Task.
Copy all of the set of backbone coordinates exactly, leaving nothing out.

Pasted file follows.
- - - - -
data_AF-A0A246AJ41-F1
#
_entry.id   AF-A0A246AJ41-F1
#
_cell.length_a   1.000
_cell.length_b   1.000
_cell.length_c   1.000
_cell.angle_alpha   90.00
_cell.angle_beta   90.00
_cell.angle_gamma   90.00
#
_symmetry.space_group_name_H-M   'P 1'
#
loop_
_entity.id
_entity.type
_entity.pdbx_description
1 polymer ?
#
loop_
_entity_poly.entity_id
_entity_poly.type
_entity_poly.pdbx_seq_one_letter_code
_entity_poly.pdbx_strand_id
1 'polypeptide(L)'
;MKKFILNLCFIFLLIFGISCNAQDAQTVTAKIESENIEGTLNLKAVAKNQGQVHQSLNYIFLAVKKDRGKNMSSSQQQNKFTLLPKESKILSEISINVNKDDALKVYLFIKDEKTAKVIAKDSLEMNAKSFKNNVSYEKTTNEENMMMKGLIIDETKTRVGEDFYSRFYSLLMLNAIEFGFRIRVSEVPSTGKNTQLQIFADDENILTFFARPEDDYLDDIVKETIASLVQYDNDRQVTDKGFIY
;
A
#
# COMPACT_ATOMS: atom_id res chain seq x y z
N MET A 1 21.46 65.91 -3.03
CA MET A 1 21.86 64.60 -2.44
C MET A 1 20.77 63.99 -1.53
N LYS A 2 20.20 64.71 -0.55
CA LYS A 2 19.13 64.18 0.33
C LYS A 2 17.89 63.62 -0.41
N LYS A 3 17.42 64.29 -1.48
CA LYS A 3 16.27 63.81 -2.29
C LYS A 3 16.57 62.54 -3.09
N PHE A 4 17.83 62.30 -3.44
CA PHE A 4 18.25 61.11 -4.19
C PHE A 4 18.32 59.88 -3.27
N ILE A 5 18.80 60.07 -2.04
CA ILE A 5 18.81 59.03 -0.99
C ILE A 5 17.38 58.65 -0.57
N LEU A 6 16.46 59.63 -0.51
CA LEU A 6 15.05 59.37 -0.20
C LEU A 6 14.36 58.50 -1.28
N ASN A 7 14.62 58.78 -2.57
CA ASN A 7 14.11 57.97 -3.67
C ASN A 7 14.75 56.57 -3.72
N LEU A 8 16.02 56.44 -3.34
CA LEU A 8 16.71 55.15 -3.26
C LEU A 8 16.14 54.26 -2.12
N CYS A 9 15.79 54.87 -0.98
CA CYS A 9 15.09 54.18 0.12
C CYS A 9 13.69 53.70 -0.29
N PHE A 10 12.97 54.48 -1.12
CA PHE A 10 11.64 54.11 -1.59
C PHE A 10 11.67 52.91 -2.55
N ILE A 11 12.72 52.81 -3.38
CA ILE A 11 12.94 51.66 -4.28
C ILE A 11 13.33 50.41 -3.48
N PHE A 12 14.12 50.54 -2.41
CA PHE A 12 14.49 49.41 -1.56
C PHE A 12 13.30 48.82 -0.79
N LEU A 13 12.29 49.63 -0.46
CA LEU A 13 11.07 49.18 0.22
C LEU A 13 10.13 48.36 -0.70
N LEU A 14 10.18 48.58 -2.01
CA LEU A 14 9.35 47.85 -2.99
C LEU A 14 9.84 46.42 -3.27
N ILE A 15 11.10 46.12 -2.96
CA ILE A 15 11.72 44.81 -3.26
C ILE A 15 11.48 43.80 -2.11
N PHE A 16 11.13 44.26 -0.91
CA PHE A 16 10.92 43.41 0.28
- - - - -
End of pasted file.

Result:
data_AF-A0A246AJ41-F1
#
_entry.id   AF-A0A246AJ41-F1
#
_cell.length_a   1.000
_cell.length_b   1.000
_cell.length_c   1.000
_cell.angle_alpha   90.00
_cell.angle_beta   90.00
_cell.angle_gamma   90.00
#
_symmetry.space_group_name_H-M   'P 1'
#
loop_
_entity.id
_entity.type
_entity.pdbx_description
1 polymer ?
#
loop_
_entity_poly.entity_id
_entity_poly.type
_entity_poly.pdbx_seq_one_letter_code
_entity_poly.pdbx_strand_id
1 'polypeptide(L)'
;MKKFILNLCFIFLLIFGISCNAQDAQTVTAKIESENIEGTLNLKAVAKNQGQVHQSLNYIFLAVKKDRGKNMSSSQQQNKFTLLPKESKILSEISINVNKDDALKVYLFIKDEKTAKVIAKDSLEMNAKSFKNNVSYEKTTNEENMMMKGLIIDETKTRVGEDFYSRFYSLLMLNAIEFGFRIRVSEVPSTGKNTQLQIFADDENILTFFARPEDDYLDDIVKETIASLVQYDNDRQVTDKGFIY
;
A
#
# COMPACT_ATOMS: atom_id res chain seq x y z
N MET A 1 21.46 65.91 -3.03
CA MET A 1 21.86 64.60 -2.44
C MET A 1 20.77 63.99 -1.53
N LYS A 2 20.20 64.71 -0.55
CA LYS A 2 19.13 64.18 0.33
C LYS A 2 17.89 63.62 -0.41
N LYS A 3 17.42 64.29 -1.48
CA LYS A 3 16.27 63.81 -2.29
C LYS A 3 16.57 62.54 -3.09
N PHE A 4 17.83 62.30 -3.44
CA PHE A 4 18.25 61.11 -4.19
C PHE A 4 18.32 59.88 -3.27
N ILE A 5 18.80 60.07 -2.04
CA ILE A 5 18.81 59.03 -0.99
C ILE A 5 17.38 58.65 -0.57
N LEU A 6 16.46 59.63 -0.51
CA LEU A 6 15.05 59.37 -0.20
C LEU A 6 14.36 58.50 -1.28
N ASN A 7 14.62 58.78 -2.57
CA ASN A 7 14.11 57.97 -3.67
C ASN A 7 14.75 56.57 -3.72
N LEU A 8 16.02 56.44 -3.34
CA LEU A 8 16.71 55.15 -3.26
C LEU A 8 16.14 54.26 -2.12
N CYS A 9 15.79 54.87 -0.98
CA CYS A 9 15.09 54.18 0.12
C CYS A 9 13.69 53.70 -0.29
N PHE A 10 12.97 54.48 -1.12
CA PHE A 10 11.64 54.11 -1.59
C PHE A 10 11.67 52.91 -2.55
N ILE A 11 12.72 52.81 -3.38
CA ILE A 11 12.94 51.66 -4.28
C ILE A 11 13.33 50.41 -3.48
N PHE A 12 14.12 50.54 -2.41
CA PHE A 12 14.49 49.41 -1.56
C PHE A 12 13.30 48.82 -0.79
N LEU A 13 12.29 49.63 -0.46
CA LEU A 13 11.07 49.18 0.22
C LEU A 13 10.13 48.36 -0.70
N LEU A 14 10.18 48.58 -2.01
CA LEU A 14 9.35 47.85 -2.99
C LEU A 14 9.84 46.42 -3.27
N ILE A 15 11.10 46.12 -2.96
CA ILE A 15 11.72 44.81 -3.26
C ILE A 15 11.48 43.80 -2.11
N PHE A 16 11.13 44.26 -0.91
CA PHE A 16 10.92 43.41 0.28